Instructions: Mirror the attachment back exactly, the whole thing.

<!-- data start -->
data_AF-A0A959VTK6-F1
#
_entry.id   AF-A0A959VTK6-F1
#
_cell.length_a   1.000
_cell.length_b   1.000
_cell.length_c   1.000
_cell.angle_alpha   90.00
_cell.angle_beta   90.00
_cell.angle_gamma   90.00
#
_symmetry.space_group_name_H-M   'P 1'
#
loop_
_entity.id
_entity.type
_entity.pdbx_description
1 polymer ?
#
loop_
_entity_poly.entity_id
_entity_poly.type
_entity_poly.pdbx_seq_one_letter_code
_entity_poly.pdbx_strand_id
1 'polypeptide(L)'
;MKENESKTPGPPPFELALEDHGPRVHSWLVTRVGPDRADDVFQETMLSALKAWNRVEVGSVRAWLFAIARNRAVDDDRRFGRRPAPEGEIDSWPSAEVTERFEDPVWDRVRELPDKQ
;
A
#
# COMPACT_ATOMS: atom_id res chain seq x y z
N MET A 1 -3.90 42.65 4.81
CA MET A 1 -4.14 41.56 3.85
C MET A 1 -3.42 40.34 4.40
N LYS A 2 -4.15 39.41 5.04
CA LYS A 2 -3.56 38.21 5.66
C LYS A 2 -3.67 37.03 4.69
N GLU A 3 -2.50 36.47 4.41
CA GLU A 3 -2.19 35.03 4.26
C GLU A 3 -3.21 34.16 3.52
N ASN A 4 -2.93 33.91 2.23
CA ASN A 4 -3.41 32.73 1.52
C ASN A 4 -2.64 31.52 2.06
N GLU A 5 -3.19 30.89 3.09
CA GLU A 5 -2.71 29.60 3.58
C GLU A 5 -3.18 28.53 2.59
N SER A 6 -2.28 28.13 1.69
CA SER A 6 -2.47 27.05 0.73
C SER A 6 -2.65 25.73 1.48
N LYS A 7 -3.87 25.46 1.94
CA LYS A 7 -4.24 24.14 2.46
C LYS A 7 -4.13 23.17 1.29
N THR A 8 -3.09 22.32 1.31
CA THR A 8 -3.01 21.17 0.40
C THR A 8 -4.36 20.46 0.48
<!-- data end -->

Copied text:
data_AF-A0A959VTK6-F1
#
_entry.id   AF-A0A959VTK6-F1
#
_cell.length_a   1.000
_cell.length_b   1.000
_cell.length_c   1.000
_cell.angle_alpha   90.00
_cell.angle_beta   90.00
_cell.angle_gamma   90.00
#
_symmetry.space_group_name_H-M   'P 1'
#
loop_
_entity.id
_entity.type
_entity.pdbx_description
1 polymer ?
#
loop_
_entity_poly.entity_id
_entity_poly.type
_entity_poly.pdbx_seq_one_letter_code
_entity_poly.pdbx_strand_id
1 'polypeptide(L)'
;MKENESKTPGPPPFELALEDHGPRVHSWLVTRVGPDRADDVFQETMLSALKAWNRVEVGSVRAWLFAIARNRAVDDDRRFGRRPAPEGEIDSWPSAEVTERFEDPVWDRVRELPDKQ
;
A
#
# COMPACT_ATOMS: atom_id res chain seq x y z
N MET A 1 -3.90 42.65 4.81
CA MET A 1 -4.14 41.56 3.85
C MET A 1 -3.42 40.34 4.40
N LYS A 2 -4.15 39.41 5.04
CA LYS A 2 -3.56 38.21 5.66
C LYS A 2 -3.67 37.03 4.69
N GLU A 3 -2.50 36.47 4.41
CA GLU A 3 -2.19 35.03 4.26
C GLU A 3 -3.21 34.16 3.52
N ASN A 4 -2.93 33.91 2.23
CA ASN A 4 -3.41 32.73 1.52
C ASN A 4 -2.64 31.52 2.06
N GLU A 5 -3.19 30.89 3.09
CA GLU A 5 -2.71 29.60 3.58
C GLU A 5 -3.18 28.53 2.59
N SER A 6 -2.28 28.13 1.69
CA SER A 6 -2.47 27.05 0.73
C SER A 6 -2.65 25.73 1.48
N LYS A 7 -3.87 25.46 1.94
CA LYS A 7 -4.24 24.14 2.46
C LYS A 7 -4.13 23.17 1.29
N THR A 8 -3.09 22.32 1.31
CA THR A 8 -3.01 21.17 0.40
C THR A 8 -4.36 20.46 0.48